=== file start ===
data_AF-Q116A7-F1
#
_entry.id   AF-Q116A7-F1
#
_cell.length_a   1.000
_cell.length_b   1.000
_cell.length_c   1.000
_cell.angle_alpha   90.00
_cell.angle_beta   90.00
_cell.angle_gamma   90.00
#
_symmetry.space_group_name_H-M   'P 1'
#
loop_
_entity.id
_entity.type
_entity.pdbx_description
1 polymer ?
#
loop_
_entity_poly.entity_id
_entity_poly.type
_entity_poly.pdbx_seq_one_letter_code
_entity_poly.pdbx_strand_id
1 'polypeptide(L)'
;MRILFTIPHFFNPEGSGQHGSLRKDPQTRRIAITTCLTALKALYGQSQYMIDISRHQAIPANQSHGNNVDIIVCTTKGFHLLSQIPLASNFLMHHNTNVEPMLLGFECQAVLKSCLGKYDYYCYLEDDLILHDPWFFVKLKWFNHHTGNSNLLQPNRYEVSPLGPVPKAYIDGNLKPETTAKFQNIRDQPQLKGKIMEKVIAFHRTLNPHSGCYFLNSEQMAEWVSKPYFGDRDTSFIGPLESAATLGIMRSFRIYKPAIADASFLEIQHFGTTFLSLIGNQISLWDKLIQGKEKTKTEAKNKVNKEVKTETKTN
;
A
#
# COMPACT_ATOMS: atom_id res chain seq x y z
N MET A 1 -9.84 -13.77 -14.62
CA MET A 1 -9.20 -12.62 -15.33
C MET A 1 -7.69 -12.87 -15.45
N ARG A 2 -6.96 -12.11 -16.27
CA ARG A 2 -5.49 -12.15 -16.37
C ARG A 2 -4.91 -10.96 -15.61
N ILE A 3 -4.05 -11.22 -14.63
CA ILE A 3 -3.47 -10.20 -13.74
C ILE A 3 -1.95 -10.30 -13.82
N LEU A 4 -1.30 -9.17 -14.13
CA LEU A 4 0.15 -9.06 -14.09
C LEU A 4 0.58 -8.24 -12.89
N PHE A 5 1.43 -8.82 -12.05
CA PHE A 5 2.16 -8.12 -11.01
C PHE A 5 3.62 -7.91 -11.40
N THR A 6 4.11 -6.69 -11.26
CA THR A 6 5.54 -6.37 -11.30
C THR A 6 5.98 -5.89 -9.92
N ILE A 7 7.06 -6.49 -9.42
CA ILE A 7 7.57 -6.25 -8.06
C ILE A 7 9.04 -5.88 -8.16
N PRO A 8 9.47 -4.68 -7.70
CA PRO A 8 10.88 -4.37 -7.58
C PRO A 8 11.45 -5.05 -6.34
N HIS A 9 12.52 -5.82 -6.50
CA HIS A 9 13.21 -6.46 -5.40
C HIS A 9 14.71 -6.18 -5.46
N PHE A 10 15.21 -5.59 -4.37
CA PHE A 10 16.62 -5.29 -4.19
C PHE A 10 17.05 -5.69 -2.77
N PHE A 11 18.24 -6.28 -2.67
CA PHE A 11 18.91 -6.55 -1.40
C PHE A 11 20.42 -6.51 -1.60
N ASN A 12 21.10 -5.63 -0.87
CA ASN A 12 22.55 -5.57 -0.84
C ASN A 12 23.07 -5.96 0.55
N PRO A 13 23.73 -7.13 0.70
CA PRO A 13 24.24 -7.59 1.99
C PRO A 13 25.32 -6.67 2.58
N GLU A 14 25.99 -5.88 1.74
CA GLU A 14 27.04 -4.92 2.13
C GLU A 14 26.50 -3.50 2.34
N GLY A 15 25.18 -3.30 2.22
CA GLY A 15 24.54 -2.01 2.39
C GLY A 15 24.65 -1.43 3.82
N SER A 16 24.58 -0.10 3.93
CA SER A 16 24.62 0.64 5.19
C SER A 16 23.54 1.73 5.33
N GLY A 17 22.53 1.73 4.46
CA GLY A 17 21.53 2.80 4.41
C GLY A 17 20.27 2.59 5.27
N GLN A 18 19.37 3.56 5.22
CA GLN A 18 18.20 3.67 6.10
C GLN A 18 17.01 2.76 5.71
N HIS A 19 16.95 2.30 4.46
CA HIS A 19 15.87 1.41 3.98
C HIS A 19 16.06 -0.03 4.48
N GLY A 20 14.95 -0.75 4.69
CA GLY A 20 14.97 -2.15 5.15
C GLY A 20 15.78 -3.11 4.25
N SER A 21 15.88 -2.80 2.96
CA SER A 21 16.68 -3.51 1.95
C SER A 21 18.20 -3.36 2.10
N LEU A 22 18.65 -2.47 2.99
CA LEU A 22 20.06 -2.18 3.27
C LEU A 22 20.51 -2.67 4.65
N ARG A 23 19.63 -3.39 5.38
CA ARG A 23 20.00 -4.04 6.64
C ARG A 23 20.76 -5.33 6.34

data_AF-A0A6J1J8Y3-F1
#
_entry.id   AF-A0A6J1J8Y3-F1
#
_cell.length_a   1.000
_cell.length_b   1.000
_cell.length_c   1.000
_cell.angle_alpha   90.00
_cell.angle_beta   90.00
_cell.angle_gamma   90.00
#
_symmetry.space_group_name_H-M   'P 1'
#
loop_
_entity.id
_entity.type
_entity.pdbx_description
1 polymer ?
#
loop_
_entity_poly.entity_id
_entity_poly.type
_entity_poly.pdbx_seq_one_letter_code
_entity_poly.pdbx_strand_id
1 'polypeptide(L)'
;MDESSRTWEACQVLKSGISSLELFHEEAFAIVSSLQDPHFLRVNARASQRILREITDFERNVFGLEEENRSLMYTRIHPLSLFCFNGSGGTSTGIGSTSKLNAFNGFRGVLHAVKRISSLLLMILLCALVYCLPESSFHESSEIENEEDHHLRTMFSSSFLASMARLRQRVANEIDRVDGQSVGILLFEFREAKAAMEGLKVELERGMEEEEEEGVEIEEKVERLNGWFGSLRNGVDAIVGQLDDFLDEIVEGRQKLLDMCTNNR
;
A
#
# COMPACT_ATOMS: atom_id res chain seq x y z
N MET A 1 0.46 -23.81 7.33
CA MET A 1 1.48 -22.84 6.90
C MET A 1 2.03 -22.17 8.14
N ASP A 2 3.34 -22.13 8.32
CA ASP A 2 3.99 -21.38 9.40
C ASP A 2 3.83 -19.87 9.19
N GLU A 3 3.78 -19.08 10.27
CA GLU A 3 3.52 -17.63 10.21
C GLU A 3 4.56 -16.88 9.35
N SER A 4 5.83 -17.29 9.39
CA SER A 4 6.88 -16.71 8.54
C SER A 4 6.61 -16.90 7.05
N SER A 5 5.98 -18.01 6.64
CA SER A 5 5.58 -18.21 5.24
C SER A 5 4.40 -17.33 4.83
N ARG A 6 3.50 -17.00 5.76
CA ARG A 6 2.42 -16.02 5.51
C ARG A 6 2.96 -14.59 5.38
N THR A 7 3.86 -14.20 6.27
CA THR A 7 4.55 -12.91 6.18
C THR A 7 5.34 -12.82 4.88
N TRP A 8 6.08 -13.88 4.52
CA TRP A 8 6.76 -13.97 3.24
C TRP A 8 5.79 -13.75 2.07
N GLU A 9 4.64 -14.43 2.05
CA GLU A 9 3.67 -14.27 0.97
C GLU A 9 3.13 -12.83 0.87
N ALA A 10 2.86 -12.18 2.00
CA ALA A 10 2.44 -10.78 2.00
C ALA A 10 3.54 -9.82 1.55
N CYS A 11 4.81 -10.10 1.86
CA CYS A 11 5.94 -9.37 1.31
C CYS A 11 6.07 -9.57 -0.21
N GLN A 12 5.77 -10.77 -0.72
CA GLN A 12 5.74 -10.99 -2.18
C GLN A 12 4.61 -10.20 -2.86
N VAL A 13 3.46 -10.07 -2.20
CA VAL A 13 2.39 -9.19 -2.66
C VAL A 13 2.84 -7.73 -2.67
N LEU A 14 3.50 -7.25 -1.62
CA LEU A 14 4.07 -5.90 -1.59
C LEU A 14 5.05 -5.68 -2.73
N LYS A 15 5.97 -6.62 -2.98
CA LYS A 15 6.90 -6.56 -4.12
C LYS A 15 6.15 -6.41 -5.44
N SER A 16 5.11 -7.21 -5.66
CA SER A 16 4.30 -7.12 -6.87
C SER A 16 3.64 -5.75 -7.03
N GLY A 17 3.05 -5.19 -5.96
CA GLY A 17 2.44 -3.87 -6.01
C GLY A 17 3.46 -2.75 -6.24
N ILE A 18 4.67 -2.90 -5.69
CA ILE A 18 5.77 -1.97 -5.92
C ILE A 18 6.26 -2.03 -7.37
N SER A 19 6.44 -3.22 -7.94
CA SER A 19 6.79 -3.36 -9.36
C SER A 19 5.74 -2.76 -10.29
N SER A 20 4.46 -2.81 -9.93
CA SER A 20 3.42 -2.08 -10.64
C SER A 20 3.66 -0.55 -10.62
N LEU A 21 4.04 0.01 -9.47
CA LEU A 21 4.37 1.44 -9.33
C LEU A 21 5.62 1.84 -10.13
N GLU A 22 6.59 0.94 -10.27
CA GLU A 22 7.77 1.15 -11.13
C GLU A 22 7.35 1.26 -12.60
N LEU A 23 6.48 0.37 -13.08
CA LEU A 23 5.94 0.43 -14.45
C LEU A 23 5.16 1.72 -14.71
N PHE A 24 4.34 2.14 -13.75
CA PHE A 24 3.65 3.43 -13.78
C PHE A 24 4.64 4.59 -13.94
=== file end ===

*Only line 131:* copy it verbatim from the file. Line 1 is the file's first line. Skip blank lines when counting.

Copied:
CA MET A 1 1.48 -22.84 6.90